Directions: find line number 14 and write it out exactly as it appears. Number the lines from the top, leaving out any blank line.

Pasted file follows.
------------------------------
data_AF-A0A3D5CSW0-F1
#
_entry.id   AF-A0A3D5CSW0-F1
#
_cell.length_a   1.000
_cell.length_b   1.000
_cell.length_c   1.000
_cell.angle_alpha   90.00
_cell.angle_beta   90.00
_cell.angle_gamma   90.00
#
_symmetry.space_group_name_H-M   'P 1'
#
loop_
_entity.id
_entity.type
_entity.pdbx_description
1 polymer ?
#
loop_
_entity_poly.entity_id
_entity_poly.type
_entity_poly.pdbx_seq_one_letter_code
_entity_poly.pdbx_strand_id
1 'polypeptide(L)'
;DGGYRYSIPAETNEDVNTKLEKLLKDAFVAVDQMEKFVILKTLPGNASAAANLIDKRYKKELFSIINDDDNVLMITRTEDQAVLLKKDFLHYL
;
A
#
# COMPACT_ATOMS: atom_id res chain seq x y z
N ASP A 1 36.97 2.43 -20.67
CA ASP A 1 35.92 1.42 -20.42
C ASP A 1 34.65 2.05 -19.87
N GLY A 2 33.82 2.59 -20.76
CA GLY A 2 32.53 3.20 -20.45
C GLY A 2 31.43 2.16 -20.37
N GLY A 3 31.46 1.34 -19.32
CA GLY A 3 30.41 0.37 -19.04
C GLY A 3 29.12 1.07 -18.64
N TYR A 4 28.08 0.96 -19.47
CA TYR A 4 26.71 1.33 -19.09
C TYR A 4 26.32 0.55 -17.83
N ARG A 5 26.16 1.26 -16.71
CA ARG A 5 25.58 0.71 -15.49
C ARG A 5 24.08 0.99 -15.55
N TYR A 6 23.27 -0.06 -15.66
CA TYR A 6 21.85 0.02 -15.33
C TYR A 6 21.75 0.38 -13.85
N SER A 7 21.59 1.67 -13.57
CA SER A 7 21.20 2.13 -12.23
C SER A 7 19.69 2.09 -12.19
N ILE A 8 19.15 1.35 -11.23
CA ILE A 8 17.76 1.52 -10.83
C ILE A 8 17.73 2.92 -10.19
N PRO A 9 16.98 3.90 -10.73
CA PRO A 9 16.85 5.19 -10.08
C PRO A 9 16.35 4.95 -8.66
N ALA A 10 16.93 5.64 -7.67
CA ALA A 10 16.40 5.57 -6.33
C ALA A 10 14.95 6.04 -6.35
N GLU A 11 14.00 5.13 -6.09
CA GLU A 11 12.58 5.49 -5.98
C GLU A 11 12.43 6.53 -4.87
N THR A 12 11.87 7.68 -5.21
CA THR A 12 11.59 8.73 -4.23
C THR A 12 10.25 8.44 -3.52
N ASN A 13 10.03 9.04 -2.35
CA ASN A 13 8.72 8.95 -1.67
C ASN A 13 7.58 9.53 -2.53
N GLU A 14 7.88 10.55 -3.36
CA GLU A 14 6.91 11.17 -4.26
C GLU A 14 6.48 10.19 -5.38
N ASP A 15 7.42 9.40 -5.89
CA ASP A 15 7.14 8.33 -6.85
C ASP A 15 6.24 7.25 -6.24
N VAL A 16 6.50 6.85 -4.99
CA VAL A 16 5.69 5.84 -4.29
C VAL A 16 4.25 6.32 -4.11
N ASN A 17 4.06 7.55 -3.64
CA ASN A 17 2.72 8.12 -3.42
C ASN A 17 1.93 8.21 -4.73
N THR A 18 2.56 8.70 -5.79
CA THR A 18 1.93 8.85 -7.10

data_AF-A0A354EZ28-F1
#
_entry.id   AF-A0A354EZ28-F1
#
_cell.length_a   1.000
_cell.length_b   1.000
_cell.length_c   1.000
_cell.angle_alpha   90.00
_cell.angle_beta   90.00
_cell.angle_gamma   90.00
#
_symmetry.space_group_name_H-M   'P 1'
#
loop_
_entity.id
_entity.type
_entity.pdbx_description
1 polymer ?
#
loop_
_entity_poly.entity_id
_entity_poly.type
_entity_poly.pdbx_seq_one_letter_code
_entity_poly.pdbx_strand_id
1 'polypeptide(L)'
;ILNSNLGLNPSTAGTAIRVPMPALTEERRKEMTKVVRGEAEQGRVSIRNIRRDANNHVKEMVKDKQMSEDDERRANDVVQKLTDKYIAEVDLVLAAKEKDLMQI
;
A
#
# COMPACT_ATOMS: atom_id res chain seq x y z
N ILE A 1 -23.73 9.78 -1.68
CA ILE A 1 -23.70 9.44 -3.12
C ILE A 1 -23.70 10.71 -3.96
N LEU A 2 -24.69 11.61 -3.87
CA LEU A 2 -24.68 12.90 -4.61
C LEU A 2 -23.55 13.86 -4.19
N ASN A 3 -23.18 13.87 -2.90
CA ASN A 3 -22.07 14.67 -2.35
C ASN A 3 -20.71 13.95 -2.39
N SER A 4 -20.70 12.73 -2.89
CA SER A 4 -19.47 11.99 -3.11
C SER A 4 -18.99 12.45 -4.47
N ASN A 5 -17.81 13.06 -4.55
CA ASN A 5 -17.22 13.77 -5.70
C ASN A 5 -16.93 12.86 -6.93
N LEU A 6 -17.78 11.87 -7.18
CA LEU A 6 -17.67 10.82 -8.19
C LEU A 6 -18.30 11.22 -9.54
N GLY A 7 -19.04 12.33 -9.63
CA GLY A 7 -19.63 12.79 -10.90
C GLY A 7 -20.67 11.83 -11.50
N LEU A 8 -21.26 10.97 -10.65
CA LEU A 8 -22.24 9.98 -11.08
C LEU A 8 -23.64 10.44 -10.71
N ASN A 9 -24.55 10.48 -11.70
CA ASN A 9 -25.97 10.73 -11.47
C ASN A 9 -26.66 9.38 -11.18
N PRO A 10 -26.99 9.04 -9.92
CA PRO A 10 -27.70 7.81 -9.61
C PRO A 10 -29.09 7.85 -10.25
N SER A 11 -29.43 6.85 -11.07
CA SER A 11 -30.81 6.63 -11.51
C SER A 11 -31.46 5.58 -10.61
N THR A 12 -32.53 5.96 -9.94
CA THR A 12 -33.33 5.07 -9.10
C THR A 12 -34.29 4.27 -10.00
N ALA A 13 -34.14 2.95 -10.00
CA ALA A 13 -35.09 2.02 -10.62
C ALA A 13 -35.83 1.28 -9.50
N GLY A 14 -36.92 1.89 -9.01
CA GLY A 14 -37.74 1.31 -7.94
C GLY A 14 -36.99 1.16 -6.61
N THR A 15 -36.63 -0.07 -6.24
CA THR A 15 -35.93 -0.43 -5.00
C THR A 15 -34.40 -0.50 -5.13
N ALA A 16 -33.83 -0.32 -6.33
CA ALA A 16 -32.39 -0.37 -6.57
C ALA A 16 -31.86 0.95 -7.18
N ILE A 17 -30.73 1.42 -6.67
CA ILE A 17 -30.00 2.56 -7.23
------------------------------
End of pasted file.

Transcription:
loop_